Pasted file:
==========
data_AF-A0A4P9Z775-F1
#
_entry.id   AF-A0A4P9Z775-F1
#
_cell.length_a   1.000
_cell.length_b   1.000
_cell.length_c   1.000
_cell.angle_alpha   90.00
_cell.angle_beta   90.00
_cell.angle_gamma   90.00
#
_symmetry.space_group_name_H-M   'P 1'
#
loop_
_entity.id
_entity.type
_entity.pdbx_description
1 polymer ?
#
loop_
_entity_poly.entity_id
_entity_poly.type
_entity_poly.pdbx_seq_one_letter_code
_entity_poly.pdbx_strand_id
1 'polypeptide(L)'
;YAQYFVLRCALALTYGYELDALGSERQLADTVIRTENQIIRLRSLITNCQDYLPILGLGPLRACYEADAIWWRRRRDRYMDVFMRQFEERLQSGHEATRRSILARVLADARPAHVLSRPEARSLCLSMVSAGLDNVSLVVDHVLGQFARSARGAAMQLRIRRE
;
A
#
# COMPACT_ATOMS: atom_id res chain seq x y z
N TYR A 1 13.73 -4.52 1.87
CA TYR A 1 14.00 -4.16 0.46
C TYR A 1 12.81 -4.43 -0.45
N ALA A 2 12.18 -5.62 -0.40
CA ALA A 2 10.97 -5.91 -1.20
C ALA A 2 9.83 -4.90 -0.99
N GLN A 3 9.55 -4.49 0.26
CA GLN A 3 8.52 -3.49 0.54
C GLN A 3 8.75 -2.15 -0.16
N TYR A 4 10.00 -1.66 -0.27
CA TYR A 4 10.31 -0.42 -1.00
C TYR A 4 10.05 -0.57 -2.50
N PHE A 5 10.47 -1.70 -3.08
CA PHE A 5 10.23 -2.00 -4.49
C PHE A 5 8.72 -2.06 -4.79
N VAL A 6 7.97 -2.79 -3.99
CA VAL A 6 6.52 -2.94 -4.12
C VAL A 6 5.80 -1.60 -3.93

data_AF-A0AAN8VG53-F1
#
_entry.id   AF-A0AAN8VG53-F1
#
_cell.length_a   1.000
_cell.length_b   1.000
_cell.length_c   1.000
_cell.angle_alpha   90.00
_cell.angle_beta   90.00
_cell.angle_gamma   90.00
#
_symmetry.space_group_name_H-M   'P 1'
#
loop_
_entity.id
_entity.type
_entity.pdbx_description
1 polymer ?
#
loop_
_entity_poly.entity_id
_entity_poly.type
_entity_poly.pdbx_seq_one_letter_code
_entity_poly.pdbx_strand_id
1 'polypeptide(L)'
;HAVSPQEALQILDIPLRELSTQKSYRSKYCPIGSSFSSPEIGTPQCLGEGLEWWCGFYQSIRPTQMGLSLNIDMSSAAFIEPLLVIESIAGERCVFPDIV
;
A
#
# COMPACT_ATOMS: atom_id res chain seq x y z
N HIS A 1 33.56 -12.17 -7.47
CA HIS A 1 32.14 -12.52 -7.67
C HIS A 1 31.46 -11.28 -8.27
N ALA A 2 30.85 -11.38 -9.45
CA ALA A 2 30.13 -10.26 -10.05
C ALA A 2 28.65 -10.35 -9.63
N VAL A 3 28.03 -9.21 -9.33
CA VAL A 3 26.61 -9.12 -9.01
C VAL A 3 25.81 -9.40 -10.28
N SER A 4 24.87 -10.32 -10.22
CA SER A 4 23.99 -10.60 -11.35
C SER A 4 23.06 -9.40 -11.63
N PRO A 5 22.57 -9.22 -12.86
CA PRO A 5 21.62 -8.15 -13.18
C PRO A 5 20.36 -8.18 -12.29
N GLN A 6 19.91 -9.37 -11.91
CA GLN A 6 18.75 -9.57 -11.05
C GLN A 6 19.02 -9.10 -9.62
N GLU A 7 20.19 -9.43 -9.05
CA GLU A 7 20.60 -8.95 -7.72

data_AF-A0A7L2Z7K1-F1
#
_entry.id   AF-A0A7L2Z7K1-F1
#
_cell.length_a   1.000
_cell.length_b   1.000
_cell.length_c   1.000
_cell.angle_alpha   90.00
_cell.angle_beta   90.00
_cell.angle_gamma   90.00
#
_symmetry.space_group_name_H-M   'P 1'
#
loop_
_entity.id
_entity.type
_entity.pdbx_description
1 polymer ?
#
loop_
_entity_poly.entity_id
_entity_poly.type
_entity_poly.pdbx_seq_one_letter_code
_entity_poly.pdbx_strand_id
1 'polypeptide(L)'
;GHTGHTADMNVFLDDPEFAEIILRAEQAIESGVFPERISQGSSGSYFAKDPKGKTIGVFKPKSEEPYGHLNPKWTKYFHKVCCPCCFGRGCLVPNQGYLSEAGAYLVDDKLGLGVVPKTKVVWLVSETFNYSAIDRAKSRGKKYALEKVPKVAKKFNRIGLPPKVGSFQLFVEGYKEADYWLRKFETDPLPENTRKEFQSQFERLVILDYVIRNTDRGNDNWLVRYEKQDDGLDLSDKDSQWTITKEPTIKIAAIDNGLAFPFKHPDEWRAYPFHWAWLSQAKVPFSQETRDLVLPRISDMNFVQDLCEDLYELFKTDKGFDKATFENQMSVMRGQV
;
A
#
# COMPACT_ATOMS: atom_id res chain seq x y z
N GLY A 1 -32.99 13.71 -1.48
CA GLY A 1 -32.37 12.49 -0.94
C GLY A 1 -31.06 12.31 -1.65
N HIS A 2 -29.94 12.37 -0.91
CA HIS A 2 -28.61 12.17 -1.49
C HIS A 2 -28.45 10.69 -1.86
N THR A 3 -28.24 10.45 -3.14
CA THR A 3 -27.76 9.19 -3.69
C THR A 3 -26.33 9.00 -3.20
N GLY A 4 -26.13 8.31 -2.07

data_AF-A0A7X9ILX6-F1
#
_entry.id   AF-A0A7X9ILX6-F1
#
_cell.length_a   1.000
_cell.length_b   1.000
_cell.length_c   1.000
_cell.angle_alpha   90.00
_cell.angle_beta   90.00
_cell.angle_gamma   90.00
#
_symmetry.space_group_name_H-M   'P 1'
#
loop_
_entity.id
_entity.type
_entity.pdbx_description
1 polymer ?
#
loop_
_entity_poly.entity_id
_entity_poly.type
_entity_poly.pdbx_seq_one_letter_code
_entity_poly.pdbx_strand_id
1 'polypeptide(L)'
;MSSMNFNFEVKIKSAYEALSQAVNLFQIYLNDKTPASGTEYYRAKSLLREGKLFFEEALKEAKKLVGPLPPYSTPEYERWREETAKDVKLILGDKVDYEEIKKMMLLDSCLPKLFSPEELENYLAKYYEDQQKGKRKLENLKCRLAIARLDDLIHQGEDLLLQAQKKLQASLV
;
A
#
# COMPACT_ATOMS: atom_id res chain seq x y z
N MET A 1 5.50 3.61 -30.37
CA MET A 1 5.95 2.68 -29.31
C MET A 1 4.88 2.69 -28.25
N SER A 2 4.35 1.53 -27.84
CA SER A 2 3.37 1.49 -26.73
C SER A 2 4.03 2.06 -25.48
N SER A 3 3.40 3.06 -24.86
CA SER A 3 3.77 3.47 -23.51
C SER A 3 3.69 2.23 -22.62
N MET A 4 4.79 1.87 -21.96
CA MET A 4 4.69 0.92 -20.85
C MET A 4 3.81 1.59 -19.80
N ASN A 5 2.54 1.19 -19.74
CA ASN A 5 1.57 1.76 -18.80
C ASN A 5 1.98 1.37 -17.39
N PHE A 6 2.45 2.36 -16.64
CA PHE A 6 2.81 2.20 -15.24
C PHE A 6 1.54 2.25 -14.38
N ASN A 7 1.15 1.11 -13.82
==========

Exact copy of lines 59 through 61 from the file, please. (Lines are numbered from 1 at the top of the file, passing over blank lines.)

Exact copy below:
#
_symmetry.space_group_name_H-M   'P 1'
#